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Below script works fine when username/password is right on first attempt but when i intentionally give wrong username/password it errors out. But how can i have the script to prompt username and password again if commit fails for wrong credentials ?

#!/usr/bin/bash

read -p "Enter message: " svnmessage
read -p "Enter username: " username
read -s -p "Enter Password: " password


svn commit test.log -m "$svnmessage" --username $username --password $password --non-interactive

When i give wrong username/password:

Enter message: some message
Enter username: wrong name
Enter Password:
svn: E170001: Commit failed (details follow):
svn: E170001: POST of '/svn/IL_IES_Demo/!svn/me': authorization failed: Could not authenticate to server: rejected Basic challenge (http://10.118.19.200:8080)
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2 Answers 2

up vote 0 down vote accepted

I'm guessing you can pass --non-interactive to svn to prevent this:

svn commit test.log -m "$svnmessage" --non-interactive --username $username --password $password

I'm assuming svn commit will return 0 on success, so (untested):

#!/usr/bin/bash

while true
do
    read -p "Enter message: " svnmessage
    read -p "Enter username: " username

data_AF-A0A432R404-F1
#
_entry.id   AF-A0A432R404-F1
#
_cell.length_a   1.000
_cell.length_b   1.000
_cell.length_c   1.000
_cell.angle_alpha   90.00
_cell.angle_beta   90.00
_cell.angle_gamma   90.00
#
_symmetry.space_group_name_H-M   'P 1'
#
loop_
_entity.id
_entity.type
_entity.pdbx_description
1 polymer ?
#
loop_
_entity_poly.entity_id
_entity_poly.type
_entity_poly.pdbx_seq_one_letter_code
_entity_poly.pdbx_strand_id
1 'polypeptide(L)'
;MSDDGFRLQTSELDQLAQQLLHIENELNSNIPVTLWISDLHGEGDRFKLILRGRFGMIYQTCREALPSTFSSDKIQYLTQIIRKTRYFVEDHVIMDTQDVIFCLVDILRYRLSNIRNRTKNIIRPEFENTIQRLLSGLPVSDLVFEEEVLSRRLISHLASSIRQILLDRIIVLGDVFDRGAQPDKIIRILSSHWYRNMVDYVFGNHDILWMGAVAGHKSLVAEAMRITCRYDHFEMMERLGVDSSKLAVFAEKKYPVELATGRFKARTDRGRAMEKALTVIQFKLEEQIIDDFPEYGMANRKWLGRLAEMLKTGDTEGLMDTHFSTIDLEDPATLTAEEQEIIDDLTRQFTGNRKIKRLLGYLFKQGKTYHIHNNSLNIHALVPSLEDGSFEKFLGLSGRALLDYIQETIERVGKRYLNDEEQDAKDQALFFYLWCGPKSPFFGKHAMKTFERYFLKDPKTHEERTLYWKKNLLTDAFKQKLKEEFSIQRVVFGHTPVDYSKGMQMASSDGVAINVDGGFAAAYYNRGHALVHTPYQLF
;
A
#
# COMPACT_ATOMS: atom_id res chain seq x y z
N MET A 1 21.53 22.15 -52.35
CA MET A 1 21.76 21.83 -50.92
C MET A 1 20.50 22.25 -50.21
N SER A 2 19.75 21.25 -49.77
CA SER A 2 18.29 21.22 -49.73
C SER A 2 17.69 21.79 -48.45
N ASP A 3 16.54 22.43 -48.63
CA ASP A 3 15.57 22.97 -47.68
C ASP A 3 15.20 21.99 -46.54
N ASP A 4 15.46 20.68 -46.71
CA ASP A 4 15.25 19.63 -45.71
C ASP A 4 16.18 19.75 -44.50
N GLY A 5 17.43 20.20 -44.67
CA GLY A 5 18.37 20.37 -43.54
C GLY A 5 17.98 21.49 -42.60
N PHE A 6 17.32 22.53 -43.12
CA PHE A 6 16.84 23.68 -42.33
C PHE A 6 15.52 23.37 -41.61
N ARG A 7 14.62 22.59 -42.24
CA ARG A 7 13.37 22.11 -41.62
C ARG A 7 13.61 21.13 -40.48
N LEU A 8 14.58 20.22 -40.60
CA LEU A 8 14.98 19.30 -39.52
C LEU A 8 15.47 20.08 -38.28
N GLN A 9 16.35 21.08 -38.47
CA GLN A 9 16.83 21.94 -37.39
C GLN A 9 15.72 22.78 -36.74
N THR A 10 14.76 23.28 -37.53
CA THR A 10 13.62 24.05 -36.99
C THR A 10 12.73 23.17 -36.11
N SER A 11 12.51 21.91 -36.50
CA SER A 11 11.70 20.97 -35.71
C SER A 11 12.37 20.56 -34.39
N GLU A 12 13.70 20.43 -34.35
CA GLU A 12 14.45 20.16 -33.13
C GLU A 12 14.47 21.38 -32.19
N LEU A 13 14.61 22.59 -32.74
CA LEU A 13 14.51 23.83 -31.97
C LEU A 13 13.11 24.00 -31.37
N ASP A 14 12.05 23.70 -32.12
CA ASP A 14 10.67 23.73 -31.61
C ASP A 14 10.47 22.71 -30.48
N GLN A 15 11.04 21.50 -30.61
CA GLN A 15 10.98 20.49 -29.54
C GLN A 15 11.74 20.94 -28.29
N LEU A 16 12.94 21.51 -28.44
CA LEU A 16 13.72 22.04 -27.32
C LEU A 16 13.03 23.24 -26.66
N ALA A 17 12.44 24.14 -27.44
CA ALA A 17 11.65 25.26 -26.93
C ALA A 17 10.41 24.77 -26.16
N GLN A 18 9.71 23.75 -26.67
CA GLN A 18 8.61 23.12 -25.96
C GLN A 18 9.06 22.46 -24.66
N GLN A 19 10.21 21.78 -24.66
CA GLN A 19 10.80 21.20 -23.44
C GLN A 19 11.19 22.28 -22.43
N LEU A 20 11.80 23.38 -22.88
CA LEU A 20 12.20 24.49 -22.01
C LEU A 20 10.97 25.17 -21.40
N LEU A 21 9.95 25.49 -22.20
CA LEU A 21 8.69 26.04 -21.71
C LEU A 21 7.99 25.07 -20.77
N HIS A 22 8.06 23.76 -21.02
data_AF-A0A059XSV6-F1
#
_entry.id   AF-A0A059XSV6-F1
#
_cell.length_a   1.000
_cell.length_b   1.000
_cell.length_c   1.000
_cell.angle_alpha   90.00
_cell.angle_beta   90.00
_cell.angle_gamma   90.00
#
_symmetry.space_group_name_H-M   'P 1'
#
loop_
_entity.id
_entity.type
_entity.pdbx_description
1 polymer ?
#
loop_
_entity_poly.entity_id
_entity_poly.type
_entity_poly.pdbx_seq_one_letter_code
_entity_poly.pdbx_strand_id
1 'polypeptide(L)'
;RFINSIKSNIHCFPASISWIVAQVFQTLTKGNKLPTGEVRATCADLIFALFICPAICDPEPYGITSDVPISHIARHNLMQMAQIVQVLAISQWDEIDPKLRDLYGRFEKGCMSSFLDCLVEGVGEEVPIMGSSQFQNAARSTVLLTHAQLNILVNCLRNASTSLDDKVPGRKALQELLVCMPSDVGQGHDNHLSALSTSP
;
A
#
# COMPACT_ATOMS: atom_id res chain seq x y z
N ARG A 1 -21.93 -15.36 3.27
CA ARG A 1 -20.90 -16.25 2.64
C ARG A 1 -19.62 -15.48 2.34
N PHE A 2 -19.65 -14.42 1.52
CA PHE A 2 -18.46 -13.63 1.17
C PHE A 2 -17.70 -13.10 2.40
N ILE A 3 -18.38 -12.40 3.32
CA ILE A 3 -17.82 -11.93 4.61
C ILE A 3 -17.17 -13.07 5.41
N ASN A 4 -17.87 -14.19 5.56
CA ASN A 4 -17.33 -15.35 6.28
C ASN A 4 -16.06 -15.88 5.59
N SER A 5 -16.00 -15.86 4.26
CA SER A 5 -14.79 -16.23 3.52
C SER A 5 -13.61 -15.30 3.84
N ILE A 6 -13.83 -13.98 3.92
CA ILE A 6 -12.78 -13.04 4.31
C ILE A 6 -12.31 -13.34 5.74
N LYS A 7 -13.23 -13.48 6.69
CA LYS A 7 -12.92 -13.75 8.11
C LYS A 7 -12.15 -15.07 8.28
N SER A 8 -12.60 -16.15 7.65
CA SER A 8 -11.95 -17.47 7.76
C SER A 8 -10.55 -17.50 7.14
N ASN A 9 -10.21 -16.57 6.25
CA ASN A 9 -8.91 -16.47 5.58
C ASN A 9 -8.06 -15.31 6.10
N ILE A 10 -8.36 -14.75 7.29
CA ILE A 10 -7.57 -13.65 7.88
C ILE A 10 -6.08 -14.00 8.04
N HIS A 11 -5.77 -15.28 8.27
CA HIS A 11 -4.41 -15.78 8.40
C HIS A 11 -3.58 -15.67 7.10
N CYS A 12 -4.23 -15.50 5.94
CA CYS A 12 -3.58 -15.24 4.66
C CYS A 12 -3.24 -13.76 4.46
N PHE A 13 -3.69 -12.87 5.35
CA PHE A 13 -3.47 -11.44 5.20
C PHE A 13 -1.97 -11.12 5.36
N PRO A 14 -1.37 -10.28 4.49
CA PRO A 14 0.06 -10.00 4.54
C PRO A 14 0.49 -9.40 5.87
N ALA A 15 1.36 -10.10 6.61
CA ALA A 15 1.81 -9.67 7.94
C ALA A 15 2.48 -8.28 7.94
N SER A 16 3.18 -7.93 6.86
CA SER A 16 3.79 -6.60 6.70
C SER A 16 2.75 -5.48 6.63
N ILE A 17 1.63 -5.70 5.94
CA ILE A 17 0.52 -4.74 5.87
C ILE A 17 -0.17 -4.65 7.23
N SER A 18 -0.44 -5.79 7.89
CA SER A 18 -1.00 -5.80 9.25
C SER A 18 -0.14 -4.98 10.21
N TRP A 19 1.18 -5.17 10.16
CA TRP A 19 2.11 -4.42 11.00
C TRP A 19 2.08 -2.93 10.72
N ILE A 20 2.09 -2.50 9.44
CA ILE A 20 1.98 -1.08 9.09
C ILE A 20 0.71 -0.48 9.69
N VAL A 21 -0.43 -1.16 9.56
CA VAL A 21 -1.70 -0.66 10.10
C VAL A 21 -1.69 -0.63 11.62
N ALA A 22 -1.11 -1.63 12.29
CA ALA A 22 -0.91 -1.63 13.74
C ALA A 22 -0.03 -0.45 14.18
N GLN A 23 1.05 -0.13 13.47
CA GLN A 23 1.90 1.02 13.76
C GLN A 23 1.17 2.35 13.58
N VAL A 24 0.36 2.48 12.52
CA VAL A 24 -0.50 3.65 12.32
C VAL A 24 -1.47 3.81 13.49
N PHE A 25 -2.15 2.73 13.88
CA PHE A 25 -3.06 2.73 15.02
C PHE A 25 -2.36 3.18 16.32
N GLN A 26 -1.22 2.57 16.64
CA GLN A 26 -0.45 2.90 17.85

read -s -p "Enter Password: " password

    svn commit test.log -m "$svnmessage" --non-interactive --username $username --password $password

    if [ $? -eq 0 ]
    then
        break
    fi
done
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Sean..that helped - first problem (Updated question!). Thanks. Now I'm looking to have the script ask for username and password till the credentials are right. –  iaav May 29 '13 at 18:57
    
Thanks much !! Worked !! –  iaav May 29 '13 at 19:09
    
I'd enclose all variables in double quotes: svn commit test.log -m "$svnmessage" --non-interactive --username "$username" --password "$password", and I'd also recommend to add the option -r to read. (Otherwise the script will fail, if the password contains, e.g., a backslash at the end or a space anywhere.) –  Uwe May 29 '13 at 22:21

Alternatively, you may want to look into using svn+ssh:// authentication. In which case you can setup a SSH public key pair with no password and have your script use that to authenticate with the SVN server. Which is ideal for situations where you are doing non-interactive scripts, but also useful for users who are annoyed by putting in their password all the time.

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